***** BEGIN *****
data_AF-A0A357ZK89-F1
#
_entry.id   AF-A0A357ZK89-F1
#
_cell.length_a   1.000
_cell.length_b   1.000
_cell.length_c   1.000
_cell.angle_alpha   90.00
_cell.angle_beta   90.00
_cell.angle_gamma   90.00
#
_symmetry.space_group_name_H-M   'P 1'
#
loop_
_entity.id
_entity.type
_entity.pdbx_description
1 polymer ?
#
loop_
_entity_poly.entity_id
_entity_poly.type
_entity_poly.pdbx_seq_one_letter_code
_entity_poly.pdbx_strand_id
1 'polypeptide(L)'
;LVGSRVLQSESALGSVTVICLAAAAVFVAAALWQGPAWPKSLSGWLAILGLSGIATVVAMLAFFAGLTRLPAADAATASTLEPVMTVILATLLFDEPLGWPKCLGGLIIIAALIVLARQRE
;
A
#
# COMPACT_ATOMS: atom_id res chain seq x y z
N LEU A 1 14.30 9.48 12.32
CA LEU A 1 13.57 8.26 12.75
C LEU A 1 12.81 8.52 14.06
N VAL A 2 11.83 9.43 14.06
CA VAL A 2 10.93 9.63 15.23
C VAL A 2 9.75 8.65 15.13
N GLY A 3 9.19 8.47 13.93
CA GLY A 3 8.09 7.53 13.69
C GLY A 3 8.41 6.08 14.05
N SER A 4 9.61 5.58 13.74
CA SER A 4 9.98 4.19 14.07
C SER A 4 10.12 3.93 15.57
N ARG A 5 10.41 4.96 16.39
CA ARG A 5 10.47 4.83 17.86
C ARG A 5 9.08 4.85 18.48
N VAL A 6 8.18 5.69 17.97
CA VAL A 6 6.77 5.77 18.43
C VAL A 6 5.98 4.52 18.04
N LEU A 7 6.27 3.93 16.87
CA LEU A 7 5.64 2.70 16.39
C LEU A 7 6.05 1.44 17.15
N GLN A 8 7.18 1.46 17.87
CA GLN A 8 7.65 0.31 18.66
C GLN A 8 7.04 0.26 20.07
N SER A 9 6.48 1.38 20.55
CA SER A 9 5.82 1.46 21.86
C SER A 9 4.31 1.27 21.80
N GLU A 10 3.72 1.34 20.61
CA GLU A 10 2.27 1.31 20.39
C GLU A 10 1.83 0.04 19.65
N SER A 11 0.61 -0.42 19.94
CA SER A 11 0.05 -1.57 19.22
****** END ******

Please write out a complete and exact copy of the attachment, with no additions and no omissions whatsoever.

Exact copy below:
data_AF-A0A357ZK89-F1
#
_entry.id   AF-A0A357ZK89-F1
#
_cell.length_a   1.000
_cell.length_b   1.000
_cell.length_c   1.000
_cell.angle_alpha   90.00
_cell.angle_beta   90.00
_cell.angle_gamma   90.00
#
_symmetry.space_group_name_H-M   'P 1'
#
loop_
_entity.id
_entity.type
_entity.pdbx_description
1 polymer ?
#
loop_
_entity_poly.entity_id
_entity_poly.type
_entity_poly.pdbx_seq_one_letter_code
_entity_poly.pdbx_strand_id
1 'polypeptide(L)'
;LVGSRVLQSESALGSVTVICLAAAAVFVAAALWQGPAWPKSLSGWLAILGLSGIATVVAMLAFFAGLTRLPAADAATASTLEPVMTVILATLLFDEPLGWPKCLGGLIIIAALIVLARQRE
;
A
#
# COMPACT_ATOMS: atom_id res chain seq x y z
N LEU A 1 14.30 9.48 12.32
CA LEU A 1 13.57 8.26 12.75
C LEU A 1 12.81 8.52 14.06
N VAL A 2 11.83 9.43 14.06
CA VAL A 2 10.93 9.63 15.23
C VAL A 2 9.75 8.65 15.13
N GLY A 3 9.19 8.47 13.93
CA GLY A 3 8.09 7.53 13.69
C GLY A 3 8.41 6.08 14.05
N SER A 4 9.61 5.58 13.74
CA SER A 4 9.98 4.19 14.07
C SER A 4 10.12 3.93 15.57
N ARG A 5 10.41 4.96 16.39
CA ARG A 5 10.47 4.83 17.86
C ARG A 5 9.08 4.85 18.48
N VAL A 6 8.18 5.69 17.97
CA VAL A 6 6.77 5.77 18.43
C VAL A 6 5.98 4.52 18.04
N LEU A 7 6.27 3.93 16.87
CA LEU A 7 5.64 2.70 16.39
C LEU A 7 6.05 1.44 17.15
N GLN A 8 7.18 1.46 17.87
CA GLN A 8 7.65 0.31 18.66
C GLN A 8 7.04 0.26 20.07
N SER A 9 6.48 1.38 20.55
CA SER A 9 5.82 1.46 21.86
C SER A 9 4.31 1.27 21.80
N GLU A 10 3.72 1.34 20.61
CA GLU A 10 2.27 1.31 20.39
C GLU A 10 1.83 0.04 19.65
N SER A 11 0.61 -0.42 19.94
CA SER A 11 0.05 -1.57 19.22